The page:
What are the challenges in the US housing market and how do they affect the wood products market?
Our experts take a deep dive into how mortgage rates are impacting housing affordability and how that impacts lumber prices
With US housing market facing unprecedented changes and challenges, we take a look at the key factors driving the US housing market and how this impacts the wood products market.
Featuring Selma Hepp, Executive, Research & Insights and Deputy Chief Economist at CoreLogic and Nikolas Scoolis, Manager, Housing Economics at Zonda, who joined us for exclusive interviews earlier this year.
What are the main challenges in the housing market today?
“There are a number of challenges in the housing market today,” said Hepp. She shares the three factors she believes are driving the lack of affordability.
- Strong lock-in effect. The record low mortgage rates over the last couple of years resulted in 95% of the households with a mortgage to have a mortgage rate that is below 5%. In addition, they would have likely bought a home when home prices were considerably lower. The combination of the two factors suggest that these households have very little incentive to sell their homes and purchase a new one.
- Low inventory. As there are less people selling their homes, it means there is a continued lack of available homes for sale. This leads to less turnover and velocity in the housing market.
- Lack of affordability. Unaffordable housing prevents many young households and those with limited incomes from being able to buy a home.
How are increasing mortgage rates changing home buyer power?
Mortgage interest rates have grown throughout this year, with the 30-year fixed rate jumping to its highest rate since 2007 in November at 7.08%, according to Freddie Mac. This has since dropped to 6.49% in December as inflation’s grip eased slightly this fall.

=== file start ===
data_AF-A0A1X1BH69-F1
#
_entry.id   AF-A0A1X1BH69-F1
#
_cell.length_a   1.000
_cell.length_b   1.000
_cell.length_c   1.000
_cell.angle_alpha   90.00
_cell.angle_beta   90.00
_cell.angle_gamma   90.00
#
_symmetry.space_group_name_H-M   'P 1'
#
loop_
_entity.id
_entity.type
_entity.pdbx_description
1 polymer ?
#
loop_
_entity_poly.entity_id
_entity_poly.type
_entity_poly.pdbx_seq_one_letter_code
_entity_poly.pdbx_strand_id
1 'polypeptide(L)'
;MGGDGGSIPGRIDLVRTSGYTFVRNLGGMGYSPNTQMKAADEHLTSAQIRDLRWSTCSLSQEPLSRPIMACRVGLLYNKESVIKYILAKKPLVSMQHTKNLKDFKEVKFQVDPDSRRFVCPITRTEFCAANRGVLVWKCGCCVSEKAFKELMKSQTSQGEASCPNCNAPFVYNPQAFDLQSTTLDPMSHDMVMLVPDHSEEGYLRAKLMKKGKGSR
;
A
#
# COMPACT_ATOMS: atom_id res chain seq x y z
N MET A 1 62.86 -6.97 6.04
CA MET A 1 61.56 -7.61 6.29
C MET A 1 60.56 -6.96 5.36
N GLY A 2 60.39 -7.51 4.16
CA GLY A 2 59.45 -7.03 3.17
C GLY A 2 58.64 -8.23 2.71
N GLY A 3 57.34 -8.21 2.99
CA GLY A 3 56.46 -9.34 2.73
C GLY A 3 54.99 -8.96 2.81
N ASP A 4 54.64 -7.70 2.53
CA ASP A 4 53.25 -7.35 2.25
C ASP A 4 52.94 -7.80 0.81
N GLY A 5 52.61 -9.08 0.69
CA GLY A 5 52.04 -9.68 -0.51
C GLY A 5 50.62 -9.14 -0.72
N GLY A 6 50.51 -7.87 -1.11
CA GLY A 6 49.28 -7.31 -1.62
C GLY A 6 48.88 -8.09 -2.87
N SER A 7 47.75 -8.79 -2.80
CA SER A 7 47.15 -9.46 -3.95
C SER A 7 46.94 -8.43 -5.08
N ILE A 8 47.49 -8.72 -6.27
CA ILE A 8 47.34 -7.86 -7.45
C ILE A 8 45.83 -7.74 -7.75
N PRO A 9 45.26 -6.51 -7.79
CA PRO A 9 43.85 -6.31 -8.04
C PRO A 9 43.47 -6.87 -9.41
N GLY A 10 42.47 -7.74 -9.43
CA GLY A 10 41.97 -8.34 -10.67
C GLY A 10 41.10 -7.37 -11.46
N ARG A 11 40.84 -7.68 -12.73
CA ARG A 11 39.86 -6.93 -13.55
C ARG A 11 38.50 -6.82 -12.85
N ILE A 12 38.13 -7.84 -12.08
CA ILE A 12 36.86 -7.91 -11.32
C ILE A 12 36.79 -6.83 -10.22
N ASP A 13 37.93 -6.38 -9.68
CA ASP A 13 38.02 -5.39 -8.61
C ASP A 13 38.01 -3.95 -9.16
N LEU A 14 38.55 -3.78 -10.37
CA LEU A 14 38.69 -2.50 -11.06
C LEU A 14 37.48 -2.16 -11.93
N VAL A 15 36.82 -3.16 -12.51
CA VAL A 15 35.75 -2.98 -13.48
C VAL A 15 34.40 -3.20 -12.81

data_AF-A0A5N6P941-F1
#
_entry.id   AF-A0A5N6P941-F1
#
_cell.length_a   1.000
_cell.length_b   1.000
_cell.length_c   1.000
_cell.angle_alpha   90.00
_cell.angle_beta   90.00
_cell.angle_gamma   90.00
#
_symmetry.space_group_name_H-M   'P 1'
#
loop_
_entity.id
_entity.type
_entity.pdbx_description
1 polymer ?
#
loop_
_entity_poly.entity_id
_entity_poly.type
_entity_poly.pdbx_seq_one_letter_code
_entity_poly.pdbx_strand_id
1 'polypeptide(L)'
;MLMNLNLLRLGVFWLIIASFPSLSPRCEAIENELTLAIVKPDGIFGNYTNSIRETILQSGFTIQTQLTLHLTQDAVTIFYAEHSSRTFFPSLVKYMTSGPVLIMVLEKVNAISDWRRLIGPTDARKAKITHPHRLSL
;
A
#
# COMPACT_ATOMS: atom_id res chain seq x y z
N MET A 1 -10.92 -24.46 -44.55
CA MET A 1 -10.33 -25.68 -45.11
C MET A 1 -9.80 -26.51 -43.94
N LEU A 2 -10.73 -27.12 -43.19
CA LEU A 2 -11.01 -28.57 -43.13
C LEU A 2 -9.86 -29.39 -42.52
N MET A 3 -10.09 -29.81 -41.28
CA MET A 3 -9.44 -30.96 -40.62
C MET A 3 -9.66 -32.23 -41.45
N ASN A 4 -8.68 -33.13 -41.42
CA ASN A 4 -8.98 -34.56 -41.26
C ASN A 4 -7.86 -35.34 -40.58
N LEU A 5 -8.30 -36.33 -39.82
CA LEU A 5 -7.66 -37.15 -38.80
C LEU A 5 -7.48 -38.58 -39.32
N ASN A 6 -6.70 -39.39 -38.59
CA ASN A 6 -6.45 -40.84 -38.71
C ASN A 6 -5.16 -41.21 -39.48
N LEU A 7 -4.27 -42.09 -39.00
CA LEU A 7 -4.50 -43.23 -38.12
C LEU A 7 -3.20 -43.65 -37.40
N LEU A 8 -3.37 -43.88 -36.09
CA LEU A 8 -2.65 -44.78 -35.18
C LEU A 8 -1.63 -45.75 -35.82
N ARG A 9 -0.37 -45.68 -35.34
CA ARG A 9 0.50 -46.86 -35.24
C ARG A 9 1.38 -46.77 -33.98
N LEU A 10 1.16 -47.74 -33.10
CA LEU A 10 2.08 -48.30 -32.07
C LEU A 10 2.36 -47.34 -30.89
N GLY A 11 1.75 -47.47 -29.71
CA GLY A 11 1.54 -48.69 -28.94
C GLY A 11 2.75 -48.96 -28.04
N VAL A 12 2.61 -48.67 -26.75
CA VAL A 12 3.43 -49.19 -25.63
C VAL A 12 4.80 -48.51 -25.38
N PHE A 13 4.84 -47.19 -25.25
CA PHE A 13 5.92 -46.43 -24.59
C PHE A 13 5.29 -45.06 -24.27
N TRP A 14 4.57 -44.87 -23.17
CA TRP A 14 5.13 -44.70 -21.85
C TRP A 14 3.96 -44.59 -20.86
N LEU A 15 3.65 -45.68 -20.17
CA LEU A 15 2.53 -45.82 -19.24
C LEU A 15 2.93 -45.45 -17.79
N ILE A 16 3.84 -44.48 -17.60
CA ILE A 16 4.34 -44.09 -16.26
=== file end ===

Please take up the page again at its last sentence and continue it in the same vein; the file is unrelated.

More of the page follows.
Higher mortgage rates have cooled housing construction and slowed lumber markets this year. Single family housing starts in the US have arrived at its lowest level in more than two years. Housing starts in October slipped 4.2% from the prior month, while permits have fallen by another 2.4%.
“Home buyer power was markedly diminished when mortgage rates increased from around 3% to almost 7%,” said Hepp. “As a result, inflation-adjusted mortgage payment on the same home is now almost 50% higher than was earlier this year.”
“Another way to illustrate the loss of purchase power for a household is to think about how much a household with $100,000 income can afford. At 4%, that household can afford a home priced at about $466,000 dollars, but at 7%, they can only afford a home priced at about $385,000. That’s almost a 20% decline in purchase power for that household.”
What are the main challenges in the housing supply chain?
In addition to affordability, complications brought by supply chain challenges have also contributed to builders’ headaches.
“The biggest challenges for the housing supply chain have been the three Ls: land, labor and lumber,” said Scoolis. However, instead of the logistic challenges faced in the early days of the pandemic with lumber supplies, the nature of the delays has changed.
“The current market conditions suggest the blockers are now moving into delays in the final touch products, such as HVAC and windows,” he said. “Supply chain side delays are pushing delivery dates for houses even further out, from 3-6 months to 6-10 months. This both costs builders more money and results in longer waits for buyers to get their homes.”